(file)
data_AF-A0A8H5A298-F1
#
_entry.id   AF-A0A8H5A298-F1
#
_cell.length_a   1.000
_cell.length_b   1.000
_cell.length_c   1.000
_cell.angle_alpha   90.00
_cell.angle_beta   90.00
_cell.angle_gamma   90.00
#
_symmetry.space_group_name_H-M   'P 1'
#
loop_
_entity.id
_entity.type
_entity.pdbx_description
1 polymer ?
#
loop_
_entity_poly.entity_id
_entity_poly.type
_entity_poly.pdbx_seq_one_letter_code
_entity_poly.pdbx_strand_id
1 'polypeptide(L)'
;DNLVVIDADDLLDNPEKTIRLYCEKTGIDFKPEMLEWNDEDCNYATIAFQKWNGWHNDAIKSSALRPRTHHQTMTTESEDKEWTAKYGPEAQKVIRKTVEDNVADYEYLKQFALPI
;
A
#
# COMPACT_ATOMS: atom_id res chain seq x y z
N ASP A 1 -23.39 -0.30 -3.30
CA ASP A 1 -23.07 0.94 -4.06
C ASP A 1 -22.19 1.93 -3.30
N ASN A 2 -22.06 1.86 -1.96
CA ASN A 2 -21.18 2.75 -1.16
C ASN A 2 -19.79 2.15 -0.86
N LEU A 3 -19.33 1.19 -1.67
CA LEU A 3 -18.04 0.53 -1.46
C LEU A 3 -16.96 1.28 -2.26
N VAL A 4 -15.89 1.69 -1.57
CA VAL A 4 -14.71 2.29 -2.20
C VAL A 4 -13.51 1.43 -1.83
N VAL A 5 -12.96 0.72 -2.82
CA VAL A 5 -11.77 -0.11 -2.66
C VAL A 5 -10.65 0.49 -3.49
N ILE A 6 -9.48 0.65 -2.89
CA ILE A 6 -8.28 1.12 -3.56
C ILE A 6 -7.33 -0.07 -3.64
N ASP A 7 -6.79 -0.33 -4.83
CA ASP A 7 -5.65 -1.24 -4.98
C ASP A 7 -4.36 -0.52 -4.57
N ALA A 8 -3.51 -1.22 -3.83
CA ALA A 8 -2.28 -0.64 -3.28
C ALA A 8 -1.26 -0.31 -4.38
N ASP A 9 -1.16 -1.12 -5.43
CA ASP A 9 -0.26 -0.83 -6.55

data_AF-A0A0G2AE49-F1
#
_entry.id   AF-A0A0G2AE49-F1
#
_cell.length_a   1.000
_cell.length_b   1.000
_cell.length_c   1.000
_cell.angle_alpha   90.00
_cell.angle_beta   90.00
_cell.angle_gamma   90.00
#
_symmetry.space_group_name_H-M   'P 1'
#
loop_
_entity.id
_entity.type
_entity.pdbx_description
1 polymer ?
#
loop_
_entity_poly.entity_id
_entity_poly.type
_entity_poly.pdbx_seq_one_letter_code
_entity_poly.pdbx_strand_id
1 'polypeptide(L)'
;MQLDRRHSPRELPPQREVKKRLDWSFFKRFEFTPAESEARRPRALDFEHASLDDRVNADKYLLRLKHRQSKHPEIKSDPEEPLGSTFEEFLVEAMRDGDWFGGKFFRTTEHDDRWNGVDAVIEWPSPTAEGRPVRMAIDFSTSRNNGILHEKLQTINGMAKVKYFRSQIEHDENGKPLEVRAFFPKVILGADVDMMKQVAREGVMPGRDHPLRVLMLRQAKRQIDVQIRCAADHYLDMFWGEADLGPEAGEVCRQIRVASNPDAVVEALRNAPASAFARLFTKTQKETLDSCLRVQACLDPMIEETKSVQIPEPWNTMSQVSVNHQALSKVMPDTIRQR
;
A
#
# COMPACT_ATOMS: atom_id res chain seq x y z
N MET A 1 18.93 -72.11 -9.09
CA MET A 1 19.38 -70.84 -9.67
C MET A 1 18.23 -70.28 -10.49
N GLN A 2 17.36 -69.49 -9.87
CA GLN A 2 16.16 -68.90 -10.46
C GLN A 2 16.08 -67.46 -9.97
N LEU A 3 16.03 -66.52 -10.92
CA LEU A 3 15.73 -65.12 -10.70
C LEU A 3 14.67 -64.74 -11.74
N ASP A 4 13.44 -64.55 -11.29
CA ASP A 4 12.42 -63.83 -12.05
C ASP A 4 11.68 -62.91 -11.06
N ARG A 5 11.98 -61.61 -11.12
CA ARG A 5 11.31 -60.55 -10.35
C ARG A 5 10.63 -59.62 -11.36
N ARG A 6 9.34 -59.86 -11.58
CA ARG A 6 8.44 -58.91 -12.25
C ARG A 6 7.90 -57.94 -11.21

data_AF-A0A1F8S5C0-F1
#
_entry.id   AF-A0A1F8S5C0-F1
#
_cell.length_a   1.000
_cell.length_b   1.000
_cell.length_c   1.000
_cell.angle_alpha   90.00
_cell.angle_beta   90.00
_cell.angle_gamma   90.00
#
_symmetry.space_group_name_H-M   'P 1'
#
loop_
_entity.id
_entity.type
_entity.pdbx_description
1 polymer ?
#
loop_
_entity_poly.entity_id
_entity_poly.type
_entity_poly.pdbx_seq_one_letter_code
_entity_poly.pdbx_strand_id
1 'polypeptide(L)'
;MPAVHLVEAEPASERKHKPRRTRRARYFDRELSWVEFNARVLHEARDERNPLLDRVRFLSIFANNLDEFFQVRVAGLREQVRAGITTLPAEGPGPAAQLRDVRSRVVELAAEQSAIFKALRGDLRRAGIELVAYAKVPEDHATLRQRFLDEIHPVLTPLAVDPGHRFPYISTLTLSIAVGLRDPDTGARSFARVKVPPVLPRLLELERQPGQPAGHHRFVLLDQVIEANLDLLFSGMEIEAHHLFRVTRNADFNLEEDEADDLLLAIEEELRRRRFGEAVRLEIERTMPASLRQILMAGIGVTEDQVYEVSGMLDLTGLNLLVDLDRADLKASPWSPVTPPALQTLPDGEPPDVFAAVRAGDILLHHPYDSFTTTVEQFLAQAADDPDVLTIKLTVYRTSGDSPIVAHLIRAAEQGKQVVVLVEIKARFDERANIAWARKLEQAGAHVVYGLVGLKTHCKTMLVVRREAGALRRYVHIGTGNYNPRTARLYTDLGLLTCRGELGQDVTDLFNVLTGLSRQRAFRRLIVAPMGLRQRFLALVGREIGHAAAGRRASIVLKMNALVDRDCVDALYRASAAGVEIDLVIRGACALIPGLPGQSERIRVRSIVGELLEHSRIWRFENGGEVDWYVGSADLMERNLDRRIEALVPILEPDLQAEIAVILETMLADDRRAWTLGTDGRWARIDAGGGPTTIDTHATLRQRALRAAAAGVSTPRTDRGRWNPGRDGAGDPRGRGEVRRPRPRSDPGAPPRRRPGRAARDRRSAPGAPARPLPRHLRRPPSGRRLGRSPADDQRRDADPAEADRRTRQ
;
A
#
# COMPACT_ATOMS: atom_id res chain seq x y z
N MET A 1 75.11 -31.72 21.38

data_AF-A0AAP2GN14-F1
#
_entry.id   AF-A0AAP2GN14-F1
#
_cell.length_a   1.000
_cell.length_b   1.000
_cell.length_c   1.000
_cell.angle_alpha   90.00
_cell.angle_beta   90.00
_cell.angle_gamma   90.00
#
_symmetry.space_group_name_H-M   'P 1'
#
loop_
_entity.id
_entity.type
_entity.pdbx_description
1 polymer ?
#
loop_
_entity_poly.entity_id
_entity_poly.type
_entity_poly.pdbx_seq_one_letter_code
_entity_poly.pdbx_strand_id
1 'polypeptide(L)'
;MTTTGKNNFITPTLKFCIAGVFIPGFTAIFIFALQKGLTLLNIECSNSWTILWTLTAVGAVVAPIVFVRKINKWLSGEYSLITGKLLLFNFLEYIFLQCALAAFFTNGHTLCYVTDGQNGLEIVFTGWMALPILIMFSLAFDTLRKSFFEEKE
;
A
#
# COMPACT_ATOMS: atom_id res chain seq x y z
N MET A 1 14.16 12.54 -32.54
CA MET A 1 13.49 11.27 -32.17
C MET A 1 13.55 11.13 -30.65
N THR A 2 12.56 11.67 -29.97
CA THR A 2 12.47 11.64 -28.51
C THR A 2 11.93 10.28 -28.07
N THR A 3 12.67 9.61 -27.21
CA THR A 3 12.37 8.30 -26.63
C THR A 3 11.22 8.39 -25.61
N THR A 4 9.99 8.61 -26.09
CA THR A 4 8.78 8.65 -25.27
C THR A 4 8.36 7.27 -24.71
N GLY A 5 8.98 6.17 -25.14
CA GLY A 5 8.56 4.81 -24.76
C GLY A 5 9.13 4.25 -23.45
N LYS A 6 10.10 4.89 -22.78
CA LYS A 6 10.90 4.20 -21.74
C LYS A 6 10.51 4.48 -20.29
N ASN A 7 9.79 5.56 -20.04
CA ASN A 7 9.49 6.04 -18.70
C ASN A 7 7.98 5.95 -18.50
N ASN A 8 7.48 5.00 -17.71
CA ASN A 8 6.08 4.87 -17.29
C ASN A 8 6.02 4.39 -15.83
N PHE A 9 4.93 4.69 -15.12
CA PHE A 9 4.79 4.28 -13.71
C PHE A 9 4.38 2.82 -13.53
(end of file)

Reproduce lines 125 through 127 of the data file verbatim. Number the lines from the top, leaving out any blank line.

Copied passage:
_entity_poly.entity_id
_entity_poly.type
_entity_poly.pdbx_seq_one_letter_code